Why Bother With Kindness?
There is a lot that one can take offense to these days, but when in history has this not been the case. No matter the era, the news headlines, or which political party has taken up residency in the Whitehouse, there is always a large number of distressed, annoyed, miffed and disgruntled people in the world. The key, I believe, is to not be counted among them, but rather to frame our thoughts differently from theirs.
The Magic of Kindness
Imagine for a moment, what it would be like if we were suddenly struck with the inability to think anything other than kind thoughts about someone. Envision the character, Fletcher Reed, in the movie Liar, Liar. His son’s birthday wish is that his dad would stop lying for twenty-four hours and suddenly, Fletcher, a lawyer can no longer lie. He can only speak the truth. It is a funny story with a sweet idea and a happy ending. But idealize for a moment, what it would be like to think only helpful and gentle thoughts toward someone else. Or take it one step further. Experiment for one day and apply kindness to every situation or person that feels offensive.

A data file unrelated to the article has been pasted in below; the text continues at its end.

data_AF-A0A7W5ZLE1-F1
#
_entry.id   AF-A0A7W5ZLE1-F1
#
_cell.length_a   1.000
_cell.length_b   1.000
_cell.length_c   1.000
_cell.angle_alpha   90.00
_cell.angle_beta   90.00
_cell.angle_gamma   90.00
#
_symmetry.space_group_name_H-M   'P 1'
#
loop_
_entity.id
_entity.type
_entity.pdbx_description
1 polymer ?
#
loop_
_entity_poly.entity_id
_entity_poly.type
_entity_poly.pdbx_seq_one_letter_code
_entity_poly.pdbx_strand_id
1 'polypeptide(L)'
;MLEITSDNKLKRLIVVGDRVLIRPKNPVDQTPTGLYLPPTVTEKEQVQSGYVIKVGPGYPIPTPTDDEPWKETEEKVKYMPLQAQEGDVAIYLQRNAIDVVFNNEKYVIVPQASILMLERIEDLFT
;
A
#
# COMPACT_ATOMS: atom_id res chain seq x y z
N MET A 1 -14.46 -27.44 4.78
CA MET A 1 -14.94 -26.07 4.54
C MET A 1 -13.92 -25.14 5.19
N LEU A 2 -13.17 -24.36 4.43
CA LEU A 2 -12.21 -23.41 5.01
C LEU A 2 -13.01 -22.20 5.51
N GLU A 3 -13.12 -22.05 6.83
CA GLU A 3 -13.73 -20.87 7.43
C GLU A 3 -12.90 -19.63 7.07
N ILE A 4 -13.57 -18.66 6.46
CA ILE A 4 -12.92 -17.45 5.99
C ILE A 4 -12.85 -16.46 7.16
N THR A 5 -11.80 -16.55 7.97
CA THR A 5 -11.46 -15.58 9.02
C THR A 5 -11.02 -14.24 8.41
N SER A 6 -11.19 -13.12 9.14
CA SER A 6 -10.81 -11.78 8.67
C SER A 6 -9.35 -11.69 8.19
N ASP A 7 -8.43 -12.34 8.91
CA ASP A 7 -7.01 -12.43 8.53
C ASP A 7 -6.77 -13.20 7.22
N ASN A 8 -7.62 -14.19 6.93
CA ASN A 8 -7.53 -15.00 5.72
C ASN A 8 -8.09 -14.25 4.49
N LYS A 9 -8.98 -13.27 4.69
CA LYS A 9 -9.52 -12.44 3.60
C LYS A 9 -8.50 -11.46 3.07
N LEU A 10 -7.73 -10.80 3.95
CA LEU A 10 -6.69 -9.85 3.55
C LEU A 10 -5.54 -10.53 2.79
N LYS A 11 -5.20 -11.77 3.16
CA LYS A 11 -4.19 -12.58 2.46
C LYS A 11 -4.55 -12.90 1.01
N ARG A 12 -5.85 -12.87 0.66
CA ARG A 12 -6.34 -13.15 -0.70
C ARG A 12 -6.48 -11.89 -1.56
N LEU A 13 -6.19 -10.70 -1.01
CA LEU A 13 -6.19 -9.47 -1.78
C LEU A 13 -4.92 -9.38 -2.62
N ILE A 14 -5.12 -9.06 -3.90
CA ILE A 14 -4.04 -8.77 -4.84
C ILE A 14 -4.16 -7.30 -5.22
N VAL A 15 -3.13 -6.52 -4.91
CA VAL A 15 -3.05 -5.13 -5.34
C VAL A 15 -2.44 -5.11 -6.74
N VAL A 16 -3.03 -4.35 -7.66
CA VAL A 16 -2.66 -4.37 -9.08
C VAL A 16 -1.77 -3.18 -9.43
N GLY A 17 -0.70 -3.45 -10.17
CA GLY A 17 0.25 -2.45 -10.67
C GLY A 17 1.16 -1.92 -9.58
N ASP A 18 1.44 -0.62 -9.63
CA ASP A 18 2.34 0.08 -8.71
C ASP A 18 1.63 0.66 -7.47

For example, when someone shares their point of view with you about a controversial topic in the news, and it differs from yours, try responding with an attitude of understanding. Nod your head, assuring them they’ve been heard without taking a defensive stance.
When driving your car, if another driver cuts you off, takes a parking space you had your eye on, or drives under the speed limit, let them have their way on the road. Back off, take a different route and make an allowance for their way of driving.
Kind thoughts toward those who have made accusations about you can be stickier. It is not uncommon to be misunderstood. People misinterpret another’s intentions all the time. But attempting to defend yourself may be a useless way to spend your time and energy. Instead, pause your cause. No one can force another to understand. Let the strong emotions attached to your ideals simmer down and try to communicate again, but at another time. In the meantime, don’t curse them, instead, try to think kind thoughts about them.
Kindness can be magical if we make it a practice. Think of extending some understanding, compassion, or gentleness in the next twenty-four hours and then watch how a distressed, annoyed, miffed or disgruntled individual can change. That individual might even be you.
Why bother with kindness? It is worth it to practice kindness and discover how a new way of thinking may cause a new way of doing.